Push-Pull Factors

Cairo, Egypt
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In geographical terms, the push-pull factors are those that drive people away from a place and draw people to a new location. Oftentimes, a combination of these push-pull factors is what help determine migration or immigration of particular populations from one land to another.

Push factors are oftentimes forceful, demanding that a certain person or group of people leave one country for another, or at least give that person or people cause to want to move — either because of a threat of violence or financial security.

Pull factors, on the other hand, are often beneficial elements of a new country that encourages people to immigrate there in order to seek a better life.

These factors are considered to be diametrically opposed, on opposite ends of the spectrum, though they are often both used in tandem when a population or person is considering migrating to a new location.

Push Factors: Reasons to Leave

Any number of detrimental factors can be considered push factors, which essentially force a population or person from one country to seek refuge in another, better country. These conditions which drive people to leave their homes can include bullying, a sub-standard level of living, food, land or job scarcity, famine or drought, political or religious persecution, pollution, or even natural disasters.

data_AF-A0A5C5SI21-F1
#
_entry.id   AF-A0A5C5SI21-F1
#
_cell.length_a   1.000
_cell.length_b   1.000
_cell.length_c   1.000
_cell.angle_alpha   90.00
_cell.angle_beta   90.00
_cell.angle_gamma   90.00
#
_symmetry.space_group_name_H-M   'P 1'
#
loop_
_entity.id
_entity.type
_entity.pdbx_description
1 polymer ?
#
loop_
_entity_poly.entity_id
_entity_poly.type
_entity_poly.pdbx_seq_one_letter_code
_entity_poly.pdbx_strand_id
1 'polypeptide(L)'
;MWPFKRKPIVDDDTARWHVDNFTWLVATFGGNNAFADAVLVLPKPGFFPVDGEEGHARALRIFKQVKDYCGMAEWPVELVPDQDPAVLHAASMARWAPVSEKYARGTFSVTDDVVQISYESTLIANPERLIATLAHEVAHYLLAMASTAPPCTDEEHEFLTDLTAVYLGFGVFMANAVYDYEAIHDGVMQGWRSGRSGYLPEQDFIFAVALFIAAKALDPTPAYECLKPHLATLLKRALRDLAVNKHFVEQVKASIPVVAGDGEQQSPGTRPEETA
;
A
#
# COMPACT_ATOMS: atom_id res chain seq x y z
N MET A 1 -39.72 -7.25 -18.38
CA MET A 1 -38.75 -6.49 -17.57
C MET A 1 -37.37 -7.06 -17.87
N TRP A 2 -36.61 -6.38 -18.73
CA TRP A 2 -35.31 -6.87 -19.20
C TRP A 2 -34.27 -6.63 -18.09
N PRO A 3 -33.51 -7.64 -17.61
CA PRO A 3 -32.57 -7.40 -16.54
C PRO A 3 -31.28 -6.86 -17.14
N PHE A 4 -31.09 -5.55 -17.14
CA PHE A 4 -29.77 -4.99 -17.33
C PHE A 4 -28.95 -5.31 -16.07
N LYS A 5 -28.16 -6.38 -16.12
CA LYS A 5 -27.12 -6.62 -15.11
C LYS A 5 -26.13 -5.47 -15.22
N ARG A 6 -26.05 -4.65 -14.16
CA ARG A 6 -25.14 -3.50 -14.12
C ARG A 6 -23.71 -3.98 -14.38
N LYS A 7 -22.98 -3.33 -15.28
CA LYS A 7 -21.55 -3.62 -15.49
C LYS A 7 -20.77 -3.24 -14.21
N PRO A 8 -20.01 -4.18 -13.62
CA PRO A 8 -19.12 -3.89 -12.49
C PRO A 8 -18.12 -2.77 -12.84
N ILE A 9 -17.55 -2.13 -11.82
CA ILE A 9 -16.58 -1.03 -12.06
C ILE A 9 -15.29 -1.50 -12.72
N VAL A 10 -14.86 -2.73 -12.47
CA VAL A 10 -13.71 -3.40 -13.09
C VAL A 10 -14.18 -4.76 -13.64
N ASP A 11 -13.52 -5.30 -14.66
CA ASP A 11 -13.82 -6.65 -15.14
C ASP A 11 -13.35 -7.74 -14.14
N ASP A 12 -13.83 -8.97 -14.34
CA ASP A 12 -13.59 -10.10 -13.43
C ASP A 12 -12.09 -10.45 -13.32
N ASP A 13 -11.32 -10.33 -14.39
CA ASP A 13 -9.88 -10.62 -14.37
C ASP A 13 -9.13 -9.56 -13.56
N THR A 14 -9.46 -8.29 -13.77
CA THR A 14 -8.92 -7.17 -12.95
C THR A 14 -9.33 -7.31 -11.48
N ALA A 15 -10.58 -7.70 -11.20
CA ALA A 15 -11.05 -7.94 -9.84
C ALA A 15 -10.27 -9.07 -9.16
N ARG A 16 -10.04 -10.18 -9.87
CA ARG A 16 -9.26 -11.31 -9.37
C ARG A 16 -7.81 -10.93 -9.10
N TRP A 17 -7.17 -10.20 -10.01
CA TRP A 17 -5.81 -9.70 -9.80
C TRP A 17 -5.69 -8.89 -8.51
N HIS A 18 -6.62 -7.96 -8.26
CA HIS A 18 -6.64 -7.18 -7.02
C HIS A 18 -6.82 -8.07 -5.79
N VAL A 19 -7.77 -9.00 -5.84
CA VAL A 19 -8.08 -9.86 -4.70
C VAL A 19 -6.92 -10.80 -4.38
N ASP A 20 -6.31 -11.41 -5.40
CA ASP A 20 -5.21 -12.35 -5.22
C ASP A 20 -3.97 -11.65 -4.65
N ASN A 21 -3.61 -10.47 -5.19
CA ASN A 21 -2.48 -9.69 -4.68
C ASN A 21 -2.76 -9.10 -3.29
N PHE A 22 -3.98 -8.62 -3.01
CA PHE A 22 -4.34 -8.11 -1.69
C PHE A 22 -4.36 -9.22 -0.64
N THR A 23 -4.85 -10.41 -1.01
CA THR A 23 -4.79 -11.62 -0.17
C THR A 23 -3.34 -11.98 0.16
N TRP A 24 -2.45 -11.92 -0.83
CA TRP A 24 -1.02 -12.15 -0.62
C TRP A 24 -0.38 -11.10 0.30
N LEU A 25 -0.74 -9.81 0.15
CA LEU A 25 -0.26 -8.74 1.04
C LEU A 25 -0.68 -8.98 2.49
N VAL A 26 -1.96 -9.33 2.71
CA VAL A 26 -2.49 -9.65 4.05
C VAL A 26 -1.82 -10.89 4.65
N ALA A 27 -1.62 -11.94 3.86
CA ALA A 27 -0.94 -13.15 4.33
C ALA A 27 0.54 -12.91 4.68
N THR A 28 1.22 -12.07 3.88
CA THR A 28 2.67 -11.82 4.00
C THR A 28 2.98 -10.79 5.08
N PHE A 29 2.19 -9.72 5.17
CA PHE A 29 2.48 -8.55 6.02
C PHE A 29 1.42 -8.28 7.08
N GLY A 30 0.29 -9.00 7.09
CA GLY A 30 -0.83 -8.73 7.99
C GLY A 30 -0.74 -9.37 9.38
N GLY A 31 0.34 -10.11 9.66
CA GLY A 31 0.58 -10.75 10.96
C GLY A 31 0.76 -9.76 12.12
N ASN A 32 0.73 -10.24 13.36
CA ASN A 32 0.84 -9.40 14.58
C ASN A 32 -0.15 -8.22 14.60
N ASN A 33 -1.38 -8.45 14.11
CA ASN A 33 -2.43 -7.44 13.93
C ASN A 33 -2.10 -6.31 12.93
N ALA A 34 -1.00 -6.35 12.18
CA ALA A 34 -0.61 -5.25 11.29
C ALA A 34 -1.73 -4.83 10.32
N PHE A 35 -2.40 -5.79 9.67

Although all push factors don't require a person to leave a country, these conditions that contribute to a person leaving are often so dire that if they do not choose to leave, they will suffer financially, emotionally or physically.

 

Populations with refugee statuses are the among the most affected by push factors in a country or region as these populations are faced with genocide-like conditions in their country of origin, usually because of authoritarian governments or populations opposed to religious or ethnic groups. Some examples include Syrians, Jews during the Holocaust, or African American during and immediately following the Civil War era in the United States.

Pull Factors: Reasons to Migrate

Antithetically, pull factors are those that help a person or population determine why relocating to a new country would provide the most benefit. These factors attract populations to a new place largely because of what the country provides that was not available to them in their country of origin.

A promise of freedom from religious or political persecution, availability of career opportunities or cheap land, or abundance of food could be considered pull factors for migrating to a new country. In each of these cases, a population will have more opportunity to pursue a better life compared to its home country.

When the Great Famine of 1845 to 1852 wiped out large swaths of the Irish and English population due to the shortage of available foods, residents of the countries began seeking new homes that would provide enough pull factors in the form of food availability to justify relocation.

However, because of​ the direness of the push factor of famine, the bar for what qualified as a pull factor in terms of food availability was set much lower for refugees seeking new homes.